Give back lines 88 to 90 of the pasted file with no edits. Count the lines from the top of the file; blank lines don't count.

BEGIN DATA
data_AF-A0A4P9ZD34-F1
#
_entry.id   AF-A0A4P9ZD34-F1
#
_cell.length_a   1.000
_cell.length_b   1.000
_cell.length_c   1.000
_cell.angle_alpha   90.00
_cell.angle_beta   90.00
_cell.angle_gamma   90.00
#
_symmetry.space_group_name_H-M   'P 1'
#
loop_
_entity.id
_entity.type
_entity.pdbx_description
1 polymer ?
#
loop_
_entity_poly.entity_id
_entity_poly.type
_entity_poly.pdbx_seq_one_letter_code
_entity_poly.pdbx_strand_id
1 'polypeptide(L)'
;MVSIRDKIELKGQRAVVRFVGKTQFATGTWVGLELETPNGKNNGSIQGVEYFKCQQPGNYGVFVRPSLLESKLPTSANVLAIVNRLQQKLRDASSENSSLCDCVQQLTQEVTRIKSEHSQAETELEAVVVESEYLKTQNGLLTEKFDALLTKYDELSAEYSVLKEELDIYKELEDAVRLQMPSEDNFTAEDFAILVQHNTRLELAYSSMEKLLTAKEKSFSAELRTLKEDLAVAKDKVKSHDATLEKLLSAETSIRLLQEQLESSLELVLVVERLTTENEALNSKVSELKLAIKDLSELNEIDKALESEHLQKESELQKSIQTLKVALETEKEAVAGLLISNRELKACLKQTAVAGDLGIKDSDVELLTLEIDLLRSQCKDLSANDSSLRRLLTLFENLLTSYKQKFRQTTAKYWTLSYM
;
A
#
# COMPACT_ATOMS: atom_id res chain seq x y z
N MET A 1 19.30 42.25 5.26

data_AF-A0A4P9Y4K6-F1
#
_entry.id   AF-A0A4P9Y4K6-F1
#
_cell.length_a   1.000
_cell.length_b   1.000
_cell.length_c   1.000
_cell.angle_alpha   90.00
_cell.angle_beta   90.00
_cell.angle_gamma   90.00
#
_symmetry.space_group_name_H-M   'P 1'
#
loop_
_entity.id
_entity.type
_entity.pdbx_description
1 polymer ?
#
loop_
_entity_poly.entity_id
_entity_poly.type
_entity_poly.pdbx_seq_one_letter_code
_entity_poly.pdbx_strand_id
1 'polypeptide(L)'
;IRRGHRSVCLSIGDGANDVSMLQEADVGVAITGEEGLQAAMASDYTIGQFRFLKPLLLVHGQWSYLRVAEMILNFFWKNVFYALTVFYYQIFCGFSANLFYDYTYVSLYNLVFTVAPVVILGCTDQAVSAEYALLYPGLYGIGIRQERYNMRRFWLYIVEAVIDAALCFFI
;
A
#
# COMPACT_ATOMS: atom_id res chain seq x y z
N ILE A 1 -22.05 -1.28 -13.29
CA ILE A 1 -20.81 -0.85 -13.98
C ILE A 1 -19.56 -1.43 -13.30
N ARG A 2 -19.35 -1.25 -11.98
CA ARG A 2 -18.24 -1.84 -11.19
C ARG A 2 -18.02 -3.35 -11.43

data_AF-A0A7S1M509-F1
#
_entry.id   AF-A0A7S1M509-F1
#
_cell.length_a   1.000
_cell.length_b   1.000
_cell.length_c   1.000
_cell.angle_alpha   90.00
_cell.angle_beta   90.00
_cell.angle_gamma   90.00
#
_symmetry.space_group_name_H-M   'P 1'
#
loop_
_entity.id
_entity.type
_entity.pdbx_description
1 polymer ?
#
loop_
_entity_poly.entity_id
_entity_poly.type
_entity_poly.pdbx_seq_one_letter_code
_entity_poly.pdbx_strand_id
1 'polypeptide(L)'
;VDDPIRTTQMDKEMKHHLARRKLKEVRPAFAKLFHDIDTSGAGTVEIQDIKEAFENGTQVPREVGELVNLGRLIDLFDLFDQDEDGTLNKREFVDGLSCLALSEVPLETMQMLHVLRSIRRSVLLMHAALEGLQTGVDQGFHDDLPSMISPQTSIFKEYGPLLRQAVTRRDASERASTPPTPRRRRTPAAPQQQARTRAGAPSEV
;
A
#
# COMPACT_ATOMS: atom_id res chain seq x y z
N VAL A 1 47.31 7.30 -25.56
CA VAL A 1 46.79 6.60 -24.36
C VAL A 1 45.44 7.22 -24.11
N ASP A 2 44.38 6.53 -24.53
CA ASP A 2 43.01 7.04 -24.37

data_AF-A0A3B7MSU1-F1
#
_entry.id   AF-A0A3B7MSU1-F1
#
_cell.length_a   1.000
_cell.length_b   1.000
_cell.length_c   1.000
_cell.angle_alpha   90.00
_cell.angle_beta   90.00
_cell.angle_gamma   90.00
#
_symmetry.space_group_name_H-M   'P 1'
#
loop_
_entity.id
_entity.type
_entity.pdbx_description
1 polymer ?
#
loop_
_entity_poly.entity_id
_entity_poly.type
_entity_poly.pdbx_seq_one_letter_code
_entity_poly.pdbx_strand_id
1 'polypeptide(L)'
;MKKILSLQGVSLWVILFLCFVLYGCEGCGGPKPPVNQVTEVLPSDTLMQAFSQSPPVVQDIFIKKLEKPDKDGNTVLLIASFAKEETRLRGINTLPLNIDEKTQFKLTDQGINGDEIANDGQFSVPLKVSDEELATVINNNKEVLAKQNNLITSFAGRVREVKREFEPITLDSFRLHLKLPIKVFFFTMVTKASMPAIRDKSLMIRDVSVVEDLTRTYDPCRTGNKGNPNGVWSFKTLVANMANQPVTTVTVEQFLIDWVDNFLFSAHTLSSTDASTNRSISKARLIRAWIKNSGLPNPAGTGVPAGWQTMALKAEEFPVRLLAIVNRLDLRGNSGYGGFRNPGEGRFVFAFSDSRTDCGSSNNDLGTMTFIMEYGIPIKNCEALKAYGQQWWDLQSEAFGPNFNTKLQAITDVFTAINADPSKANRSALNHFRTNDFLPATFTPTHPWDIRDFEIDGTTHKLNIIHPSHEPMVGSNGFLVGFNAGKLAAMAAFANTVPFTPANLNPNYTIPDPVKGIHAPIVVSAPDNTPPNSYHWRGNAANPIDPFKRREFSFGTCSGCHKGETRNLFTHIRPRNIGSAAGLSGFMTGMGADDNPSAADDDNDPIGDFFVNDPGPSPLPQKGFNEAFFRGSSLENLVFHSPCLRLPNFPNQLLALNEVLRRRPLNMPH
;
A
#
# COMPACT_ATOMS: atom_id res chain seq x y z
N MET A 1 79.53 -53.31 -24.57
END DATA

_entity_poly.entity_id
_entity_poly.type
_entity_poly.pdbx_seq_one_letter_code